Readers write: April 21


Common Core isn’t

standards enforcer

As a former Fulton County teacher, I have been entertained by all the letters and Opinion pieces about the Common Core. The letter, “Myths recirculate on Common Core” (Readers write, April 18), has much truth to it. The Common Core Standards are a framework of standards to be taught and not a curriculum, but it is how a county and school administer these standards.

In my former North Fulton Middle School, teachers were required to teach “prepared lesson plans” so that all the teachers’ grade books looked the same, teachers “were told what to do every day” if they wanted anything other than an unacceptable on their TKES evaluation, and there was an “emphasis on memorization and cramming” in my department. There was no room for higher-level instruction, creativity, writing or research.


Tuition, wages are

connected issues

Let’s do the math: Annual tuition at UGA increased to $9,500, but we cannot afford to raise the hourly minimum wage.

I am a member of the generation that benefited from affordable public education, where my annual tuition in 1964-65 was under $300. I could earn this in my minimum-wage summer job. The minimum wage over the last 50 years has increased by 500 percent. Tuition at flagship state universities has gone up by around 3,000 percent.

State support of public education has plunged since the mid-1980s. We are robbing our grandchildren of the opportunities we enjoyed. It’s well past time to increase support for public education and raise the minimum wage.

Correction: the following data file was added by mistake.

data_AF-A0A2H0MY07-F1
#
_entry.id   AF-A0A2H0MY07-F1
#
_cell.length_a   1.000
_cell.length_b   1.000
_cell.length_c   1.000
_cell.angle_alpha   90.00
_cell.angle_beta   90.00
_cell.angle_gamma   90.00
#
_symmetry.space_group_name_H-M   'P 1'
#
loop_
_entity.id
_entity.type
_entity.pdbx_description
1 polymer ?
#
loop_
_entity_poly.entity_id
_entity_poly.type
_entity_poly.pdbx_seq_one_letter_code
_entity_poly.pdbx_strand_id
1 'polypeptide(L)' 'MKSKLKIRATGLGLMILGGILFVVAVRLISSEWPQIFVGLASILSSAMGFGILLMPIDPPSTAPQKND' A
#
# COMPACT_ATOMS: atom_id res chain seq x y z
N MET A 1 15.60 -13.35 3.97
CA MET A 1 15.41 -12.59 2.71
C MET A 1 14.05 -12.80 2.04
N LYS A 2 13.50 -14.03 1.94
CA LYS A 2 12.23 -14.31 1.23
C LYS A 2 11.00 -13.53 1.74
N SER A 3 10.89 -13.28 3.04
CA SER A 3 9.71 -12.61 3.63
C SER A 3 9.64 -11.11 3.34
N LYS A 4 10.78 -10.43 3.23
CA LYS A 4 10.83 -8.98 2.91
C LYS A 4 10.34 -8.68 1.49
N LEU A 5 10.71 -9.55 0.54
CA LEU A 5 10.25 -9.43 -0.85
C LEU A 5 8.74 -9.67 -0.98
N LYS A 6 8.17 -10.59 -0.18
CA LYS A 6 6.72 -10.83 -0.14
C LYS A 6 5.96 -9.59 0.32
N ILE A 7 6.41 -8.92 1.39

Braves staying put

was better outcome

Regarding the story “Mayor: Turner Field future bright” (Metro, April 18), it would have been much brighter had Mayor Reed spent more time negotiating to keep the Braves, rather than spending hours and hours to see that the Falcons had a new stadium. It just stands to reason that the Braves should have stayed in the city.



Georgian Terrace

a memorable visit

On a recent visit to Atlanta to celebrate Passover with our kids, they made reservations for us at the Georgian Terrace Hotel on Peachtree Street. What a delightful place, listed on the National Register of Historic Places, but more important was the warmth of the hotel staff starting probably with the most important person, Anthony, the doorman. His Southern charm and mile-wide smile was more welcoming than any I have ever experienced at hotels in my travels throughout the world.

We also met Walter, the catering and meeting manager, about a future event, and he too embraced the same warm, welcoming, guest-oriented approach of Anthony.

What a breath of fresh air in this era of NO SERVICE we experience with many other businesses.